Trends in ESG/Sustainability Shareholder Proposals

Environmental and social-related shareholder proposals and investor support appear to be growing.

Activist investors who use the annual proxy proposal process to push their ESG agenda have historically concentrated on Governance (G)-related issues. More recently, they have been turning their attention to Environmental, Energy (E) and Social Responsibility (S)-related issues in their shareholder proxy proposals. As of the latest reports, the 2016 proxy season had:

  • 474 G-related proxy proposals submitted, of which 54% were voted on and over 33% received majority votes.
  • 404 of shareholder proposal submissions were E- and/or S-related, within which there was a record-breaking 172 climate-related resolutions. Roughly half were voted, and 8 received majority votes.
  • Average support edged up across most environmental issues versus 2015 and the 8 majority votes marked a clear uptick from just one majority vote in 2015.[3]
  • Average support for proposals on climate risk jumped from 7% in 2011 to 28%, as of June 2016.

As described in a Deloitte August 2016 proxy season debrief, “In recent years, proposals on many of these matters — particularly Governance and Environmental and Social matters — have been submitted to larger companies; mid-and small-cap companies have been overlooked as empowered investors have focused on their larger counterparts… it stands to reason that small- and mid-cap companies may see increased investor pressure in these areas…”[4]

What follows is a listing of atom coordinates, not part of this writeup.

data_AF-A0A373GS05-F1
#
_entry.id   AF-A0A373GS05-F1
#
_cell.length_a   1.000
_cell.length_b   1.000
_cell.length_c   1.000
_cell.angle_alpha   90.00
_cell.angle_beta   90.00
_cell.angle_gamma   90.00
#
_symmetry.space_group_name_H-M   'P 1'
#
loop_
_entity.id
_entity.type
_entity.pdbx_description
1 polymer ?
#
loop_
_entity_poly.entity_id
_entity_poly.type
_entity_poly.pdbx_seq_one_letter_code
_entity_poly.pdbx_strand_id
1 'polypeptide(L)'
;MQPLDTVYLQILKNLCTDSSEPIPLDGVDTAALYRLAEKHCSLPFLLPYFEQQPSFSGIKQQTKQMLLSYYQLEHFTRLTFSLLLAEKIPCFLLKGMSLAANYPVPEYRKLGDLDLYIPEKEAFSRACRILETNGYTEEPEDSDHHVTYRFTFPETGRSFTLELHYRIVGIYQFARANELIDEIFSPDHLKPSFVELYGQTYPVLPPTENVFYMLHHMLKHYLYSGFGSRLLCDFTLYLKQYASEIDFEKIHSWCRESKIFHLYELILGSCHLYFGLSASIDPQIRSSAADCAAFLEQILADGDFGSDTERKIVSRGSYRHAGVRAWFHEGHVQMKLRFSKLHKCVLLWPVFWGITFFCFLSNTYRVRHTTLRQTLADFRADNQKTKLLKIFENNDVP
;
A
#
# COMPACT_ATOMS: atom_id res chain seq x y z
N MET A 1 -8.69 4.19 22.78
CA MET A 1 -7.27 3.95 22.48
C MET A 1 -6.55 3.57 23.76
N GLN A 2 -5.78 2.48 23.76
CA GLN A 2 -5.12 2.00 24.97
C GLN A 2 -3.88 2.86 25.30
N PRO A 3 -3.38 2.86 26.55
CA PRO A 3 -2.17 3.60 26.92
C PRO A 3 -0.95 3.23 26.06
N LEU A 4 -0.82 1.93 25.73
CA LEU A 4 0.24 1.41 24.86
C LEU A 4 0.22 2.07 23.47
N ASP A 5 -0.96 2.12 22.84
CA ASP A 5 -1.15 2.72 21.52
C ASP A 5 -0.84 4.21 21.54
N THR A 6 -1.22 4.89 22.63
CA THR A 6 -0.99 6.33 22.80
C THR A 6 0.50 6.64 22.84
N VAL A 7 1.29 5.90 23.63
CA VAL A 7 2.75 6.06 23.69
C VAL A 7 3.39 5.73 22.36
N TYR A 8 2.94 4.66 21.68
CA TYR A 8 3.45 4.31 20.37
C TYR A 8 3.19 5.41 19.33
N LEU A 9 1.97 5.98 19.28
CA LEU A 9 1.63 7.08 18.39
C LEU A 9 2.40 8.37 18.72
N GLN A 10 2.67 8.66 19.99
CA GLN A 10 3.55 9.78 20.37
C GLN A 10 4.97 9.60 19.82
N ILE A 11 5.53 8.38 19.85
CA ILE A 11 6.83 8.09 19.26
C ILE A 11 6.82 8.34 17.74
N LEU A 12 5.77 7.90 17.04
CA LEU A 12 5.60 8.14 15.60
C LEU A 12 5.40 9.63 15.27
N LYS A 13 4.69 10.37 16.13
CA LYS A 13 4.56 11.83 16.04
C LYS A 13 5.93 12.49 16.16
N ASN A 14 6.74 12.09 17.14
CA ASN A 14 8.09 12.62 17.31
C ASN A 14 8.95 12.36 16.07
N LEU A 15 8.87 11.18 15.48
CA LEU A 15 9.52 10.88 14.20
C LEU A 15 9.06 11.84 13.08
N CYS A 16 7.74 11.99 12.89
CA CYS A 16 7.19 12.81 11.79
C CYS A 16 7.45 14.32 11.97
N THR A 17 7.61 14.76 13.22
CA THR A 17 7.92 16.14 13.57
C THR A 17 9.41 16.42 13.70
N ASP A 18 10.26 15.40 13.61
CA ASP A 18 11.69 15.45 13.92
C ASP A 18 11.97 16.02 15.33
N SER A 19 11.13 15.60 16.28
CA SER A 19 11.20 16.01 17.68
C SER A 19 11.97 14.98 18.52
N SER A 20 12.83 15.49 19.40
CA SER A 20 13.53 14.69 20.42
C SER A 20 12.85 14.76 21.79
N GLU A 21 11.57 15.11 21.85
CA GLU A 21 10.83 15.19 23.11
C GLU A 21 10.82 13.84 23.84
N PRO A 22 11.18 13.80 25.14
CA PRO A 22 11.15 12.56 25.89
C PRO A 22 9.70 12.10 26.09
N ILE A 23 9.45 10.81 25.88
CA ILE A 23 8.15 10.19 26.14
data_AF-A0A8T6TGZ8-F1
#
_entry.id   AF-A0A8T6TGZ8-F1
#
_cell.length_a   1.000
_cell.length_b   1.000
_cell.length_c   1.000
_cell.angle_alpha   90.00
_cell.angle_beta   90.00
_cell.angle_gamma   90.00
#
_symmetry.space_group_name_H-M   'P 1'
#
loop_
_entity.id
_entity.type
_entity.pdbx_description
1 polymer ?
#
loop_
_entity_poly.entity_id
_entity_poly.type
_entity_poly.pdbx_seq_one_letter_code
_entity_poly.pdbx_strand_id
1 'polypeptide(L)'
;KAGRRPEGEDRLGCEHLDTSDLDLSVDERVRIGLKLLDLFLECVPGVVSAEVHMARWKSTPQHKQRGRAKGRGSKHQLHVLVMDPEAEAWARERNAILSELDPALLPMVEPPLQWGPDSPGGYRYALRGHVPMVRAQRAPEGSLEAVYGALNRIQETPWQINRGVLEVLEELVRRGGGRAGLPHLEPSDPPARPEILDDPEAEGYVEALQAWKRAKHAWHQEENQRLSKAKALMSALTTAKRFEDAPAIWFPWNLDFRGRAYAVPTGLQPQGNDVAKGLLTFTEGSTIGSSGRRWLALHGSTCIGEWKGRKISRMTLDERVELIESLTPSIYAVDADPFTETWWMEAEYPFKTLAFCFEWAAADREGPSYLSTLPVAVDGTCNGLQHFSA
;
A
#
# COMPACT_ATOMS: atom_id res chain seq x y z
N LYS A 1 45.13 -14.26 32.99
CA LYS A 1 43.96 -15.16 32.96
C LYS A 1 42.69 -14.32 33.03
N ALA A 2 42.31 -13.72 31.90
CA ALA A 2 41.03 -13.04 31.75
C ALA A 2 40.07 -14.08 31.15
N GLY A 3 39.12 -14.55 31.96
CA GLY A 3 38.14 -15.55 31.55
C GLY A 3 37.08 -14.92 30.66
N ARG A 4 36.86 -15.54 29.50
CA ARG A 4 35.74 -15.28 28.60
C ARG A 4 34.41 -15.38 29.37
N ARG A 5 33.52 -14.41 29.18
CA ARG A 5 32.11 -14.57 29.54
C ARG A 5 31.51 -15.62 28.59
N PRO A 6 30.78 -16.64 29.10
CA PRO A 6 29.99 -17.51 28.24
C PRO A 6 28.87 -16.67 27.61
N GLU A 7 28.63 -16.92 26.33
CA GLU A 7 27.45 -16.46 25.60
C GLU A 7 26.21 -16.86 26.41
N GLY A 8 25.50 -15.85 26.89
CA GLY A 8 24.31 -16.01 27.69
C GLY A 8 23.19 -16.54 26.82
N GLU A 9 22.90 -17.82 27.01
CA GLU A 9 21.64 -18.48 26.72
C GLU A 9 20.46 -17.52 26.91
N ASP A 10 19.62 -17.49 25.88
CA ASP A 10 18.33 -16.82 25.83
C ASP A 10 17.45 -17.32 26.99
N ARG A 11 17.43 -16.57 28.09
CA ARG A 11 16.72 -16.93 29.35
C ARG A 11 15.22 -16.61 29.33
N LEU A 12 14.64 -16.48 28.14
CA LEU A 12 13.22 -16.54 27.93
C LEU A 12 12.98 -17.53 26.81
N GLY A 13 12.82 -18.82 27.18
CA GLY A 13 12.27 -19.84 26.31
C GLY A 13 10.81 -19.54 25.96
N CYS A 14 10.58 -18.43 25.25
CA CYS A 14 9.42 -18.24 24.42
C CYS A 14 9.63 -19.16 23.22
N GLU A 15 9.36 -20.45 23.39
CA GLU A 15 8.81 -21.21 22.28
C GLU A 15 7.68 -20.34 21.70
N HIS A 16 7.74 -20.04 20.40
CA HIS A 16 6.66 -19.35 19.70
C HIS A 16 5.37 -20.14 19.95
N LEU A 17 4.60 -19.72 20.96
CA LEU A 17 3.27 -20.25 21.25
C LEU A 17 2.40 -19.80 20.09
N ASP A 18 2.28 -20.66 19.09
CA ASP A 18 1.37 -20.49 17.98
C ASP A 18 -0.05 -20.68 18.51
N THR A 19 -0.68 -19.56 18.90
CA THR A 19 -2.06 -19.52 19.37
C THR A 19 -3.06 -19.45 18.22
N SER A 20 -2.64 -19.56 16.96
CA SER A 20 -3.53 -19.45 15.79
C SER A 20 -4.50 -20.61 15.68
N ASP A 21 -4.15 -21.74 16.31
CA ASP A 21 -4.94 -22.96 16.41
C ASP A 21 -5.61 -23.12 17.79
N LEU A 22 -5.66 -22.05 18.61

Now that the 2016 proxy season has come and gone, and there is a body of published retrospective research, I decided to research certain key E-related references and shareholder proposals in this year’s proxy filings using AlphaSense.



My findings seem to validate the proxy season debrief observations made by Deloitte.

It looks to me like small- and mid-cap companies may still have a window of time to learn from the experience of their large-cap sector counterparts with respect to E-related shareholder proposals.

This blog post will give every executive team something to contemplate for improving their company’s ESG / Sustainability-related communications positioning in preparation for the 2017 proxy season — regardless of the company cap size.



33 shareholder proposals were found in AlphaSense using the query “shareholder proposals” + individual E-related keywords.

  • 27 were against large-cap companies and 6 against small- to mid-cap companies.
  • 36% of shareholder proposals were requesting company management produce annual sustainability reports. Just under half were against small-cap companies.

Two companies that stood out among the results were:

  • Nabors Industries Inc ($NBR) – to whom we have to give high marks for responsive shareholder communications.